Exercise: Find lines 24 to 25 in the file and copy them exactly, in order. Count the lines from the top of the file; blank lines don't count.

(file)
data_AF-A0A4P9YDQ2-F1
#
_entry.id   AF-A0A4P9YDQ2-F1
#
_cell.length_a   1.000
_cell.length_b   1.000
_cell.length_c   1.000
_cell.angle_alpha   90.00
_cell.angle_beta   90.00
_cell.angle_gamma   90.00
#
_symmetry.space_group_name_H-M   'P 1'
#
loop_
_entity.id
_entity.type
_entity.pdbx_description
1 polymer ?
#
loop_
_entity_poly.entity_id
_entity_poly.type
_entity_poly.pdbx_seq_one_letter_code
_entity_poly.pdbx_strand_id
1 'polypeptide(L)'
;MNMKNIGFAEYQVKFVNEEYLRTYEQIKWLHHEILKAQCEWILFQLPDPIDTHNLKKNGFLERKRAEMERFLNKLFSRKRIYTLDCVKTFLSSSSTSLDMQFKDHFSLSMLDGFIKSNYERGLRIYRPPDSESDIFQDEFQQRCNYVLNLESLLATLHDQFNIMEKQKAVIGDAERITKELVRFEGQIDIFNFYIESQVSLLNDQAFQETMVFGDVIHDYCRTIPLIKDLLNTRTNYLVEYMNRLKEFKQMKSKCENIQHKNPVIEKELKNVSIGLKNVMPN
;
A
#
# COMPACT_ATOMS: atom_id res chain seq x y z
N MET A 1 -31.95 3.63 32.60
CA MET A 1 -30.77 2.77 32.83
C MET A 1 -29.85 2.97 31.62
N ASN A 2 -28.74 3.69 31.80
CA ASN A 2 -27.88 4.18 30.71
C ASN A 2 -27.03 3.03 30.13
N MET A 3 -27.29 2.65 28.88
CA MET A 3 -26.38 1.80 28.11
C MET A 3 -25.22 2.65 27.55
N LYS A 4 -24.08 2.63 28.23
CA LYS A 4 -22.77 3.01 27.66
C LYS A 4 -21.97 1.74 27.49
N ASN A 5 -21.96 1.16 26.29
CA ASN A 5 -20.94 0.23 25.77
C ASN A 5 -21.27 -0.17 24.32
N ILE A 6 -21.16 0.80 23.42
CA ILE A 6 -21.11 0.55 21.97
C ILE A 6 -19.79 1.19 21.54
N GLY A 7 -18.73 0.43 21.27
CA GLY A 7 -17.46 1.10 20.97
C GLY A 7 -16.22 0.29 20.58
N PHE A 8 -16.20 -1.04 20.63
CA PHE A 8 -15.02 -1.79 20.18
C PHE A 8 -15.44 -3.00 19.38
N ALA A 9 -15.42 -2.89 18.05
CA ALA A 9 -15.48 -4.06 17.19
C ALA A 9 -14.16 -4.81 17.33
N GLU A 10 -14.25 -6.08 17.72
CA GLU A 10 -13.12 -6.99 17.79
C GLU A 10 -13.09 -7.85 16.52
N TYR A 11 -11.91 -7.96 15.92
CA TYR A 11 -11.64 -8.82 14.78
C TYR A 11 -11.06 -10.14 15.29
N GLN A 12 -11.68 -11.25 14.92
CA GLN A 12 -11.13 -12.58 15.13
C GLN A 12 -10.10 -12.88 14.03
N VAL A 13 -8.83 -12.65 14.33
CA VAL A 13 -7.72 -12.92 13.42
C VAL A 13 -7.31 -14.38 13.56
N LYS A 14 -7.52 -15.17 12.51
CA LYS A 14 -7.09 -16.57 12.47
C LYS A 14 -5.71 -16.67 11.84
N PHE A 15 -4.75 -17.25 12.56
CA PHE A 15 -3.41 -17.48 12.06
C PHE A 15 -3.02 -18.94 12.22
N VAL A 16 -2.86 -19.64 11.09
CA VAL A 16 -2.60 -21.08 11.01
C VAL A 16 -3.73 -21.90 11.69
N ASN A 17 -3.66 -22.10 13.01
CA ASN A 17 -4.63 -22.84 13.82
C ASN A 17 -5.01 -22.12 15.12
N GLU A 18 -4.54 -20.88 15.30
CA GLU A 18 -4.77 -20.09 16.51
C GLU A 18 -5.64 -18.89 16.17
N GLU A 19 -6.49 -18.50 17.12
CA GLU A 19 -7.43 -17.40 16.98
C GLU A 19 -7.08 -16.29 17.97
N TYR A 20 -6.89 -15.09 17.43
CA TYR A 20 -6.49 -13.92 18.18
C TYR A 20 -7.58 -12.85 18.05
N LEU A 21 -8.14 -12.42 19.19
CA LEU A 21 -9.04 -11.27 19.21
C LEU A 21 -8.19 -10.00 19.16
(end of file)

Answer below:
_entity_poly.pdbx_strand_id
1 'polypeptide(L)'